Students in grades seven, 10 and 12 will return the week of March 1. Students in grades eight and 11 will return the week of March 8.
Parents who want their children to continue learning remotely retain that option.
Middle and high school students will go to class in a pair of groups two days a week — one group will take in-person instruction Mondays and Tuesdays and the other Thursdays and Fridays, with Wednesday set aside for deep cleaning of schools. During the three days when students aren’t in class, they will learn remotely.
The goal of the Guilford County Board of Education and school district leadership centers on having all students learn in a classroom setting through the end of the 2020-21 academic year later this spring.
With the return of middle and high school students, the school district wants to streamline health screenings at schools. Guilford County Schools set up an online platform that took effect Monday.
The new platform allows parents or guardians to certify that students are healthy by answering screening questions using any computer or mobile device prior to boarding a school bus or arriving at school.
Each morning, the primary parent and student will receive an email from CrisisGo with a link to the health-screening questions. Separate emails will be sent for each student in the household.
Once the questions are completed and submitted through a digital link, the family member will receive a green entry code notification. The family member will then show the code to the school bus driver before boarding or to an educator upon arrival at school. Staff will take student temperatures upon their arrival at school.
“Our goal is to streamline the screening process as much as we can while still ensuring we are following all health protocols,” GCS Superintendent Sharon Contreras said. “Using technology should help speed up the process for everyone, especially at our secondary schools, which serve larger groups of students.”
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ARCHDALE — An Archdale upholstered furniture manufacturer is seeking incentives to assist with a possible expansion of its business.
Lancaster Customworks Inc. is considering constructing a new building of up to 55,000 square feet and adding at least 20 jobs to accommodate its growth, according to the Randolph County Economic Development Corp.
If it goes forward, the project is eligible for up to $66,500 in cash grant incentives, with $21,000 from Archdale and $45,500 from Randolph County, if both approve agreements with the company.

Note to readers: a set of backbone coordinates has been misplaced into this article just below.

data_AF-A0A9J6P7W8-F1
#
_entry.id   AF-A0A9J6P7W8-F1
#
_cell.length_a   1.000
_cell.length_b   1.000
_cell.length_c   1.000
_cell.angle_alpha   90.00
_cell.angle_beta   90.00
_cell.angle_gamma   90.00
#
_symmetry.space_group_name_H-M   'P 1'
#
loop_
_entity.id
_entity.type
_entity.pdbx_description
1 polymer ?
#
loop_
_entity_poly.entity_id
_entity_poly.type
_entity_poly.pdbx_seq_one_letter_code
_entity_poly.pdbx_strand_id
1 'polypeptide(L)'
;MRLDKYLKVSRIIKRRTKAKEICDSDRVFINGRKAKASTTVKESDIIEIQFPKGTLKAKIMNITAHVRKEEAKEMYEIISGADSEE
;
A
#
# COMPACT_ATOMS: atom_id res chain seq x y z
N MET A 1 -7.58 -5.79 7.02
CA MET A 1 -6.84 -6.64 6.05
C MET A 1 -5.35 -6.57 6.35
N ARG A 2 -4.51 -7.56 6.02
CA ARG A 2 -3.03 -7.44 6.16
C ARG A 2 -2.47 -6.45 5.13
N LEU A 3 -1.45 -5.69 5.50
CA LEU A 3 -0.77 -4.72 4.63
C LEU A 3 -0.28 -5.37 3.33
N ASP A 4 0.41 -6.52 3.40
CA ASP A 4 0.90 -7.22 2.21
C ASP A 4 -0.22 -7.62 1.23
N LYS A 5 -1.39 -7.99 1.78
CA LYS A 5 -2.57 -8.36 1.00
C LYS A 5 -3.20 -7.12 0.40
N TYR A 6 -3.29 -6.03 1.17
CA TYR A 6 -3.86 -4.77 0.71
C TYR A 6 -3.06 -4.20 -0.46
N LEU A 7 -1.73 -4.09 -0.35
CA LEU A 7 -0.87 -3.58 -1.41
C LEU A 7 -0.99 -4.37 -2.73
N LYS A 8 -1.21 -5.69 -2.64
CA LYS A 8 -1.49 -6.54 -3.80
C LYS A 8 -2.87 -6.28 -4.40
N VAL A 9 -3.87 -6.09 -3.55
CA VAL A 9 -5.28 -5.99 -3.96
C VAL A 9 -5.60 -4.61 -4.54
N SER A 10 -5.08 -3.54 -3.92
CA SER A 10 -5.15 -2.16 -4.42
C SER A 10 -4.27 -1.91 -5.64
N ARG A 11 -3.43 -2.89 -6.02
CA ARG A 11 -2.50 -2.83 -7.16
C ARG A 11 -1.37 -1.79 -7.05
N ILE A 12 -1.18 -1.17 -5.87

The Archdale City Council is scheduled to hold a public hearing tonight on the company’s request, with the Randolph County Board of Commissioners to follow next week.
After several years of double-digit sales growth, the company has outgrown its current facility at 402 Interstate Drive, according to the EDC.
There is no room for expansion at the current location, so the company has identified three possible sites for a new facility. The top two contenders are a site on Archdale Road next to the Archdale Industrial Park and a site in High Point, according to the EDC.
If the Archdale Road site is selected, the full investment in the project would be near $3.5 million, including land acquisition, ground-up construction and new machinery and equipment.
To receive the incentives, the company would have to retain its entire full-time workforce of 21 employees and create 20 new full-time jobs over five years with an average annual wage of $46,000.
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TRIAD — Investigators are examining whether fires at a pair of Hardee’s restaurants in High Point and Randleman that started within about four hours of each other are related.
A fire at the Hardee’s in northwest High Point early Saturday caused minimal damage, but a blaze later Saturday virtually destroyed the Hardee’s in Randleman.
The High Point Hardee’s fire started about 5:15 a.m., while the Randleman fire started shortly after 9:45 a.m. They involved malfunctions with the water heaters in the two buildings, fire investigators told The High Point Enterprise.
High Point Fire Department Assistant Chief Mike Levins said investigators are studying whether there’s a problem with types of equipment or with work on the equipment at the two restaurants.
“Is it a coincidence this happened at two Hardee’s? We need to determine either way,” Levins said.
The Randleman fire left the building gutted and a total loss, with damages estimated at $800,000 to $1.5 million, Assistant Chief and Fire Marshal Michael Smith said. The building was evacuated and no one was hurt, he said.
The Randleman Fire Department has consulted with the Randolph County Sheriff’s Office about the fire there, he said. Representatives with the State Fire Marshal’s Office and U.S. Bureau of Alcohol, Tobacco and Firearms also have been involved.
“We are not ruling out anything at this time,” Smith said.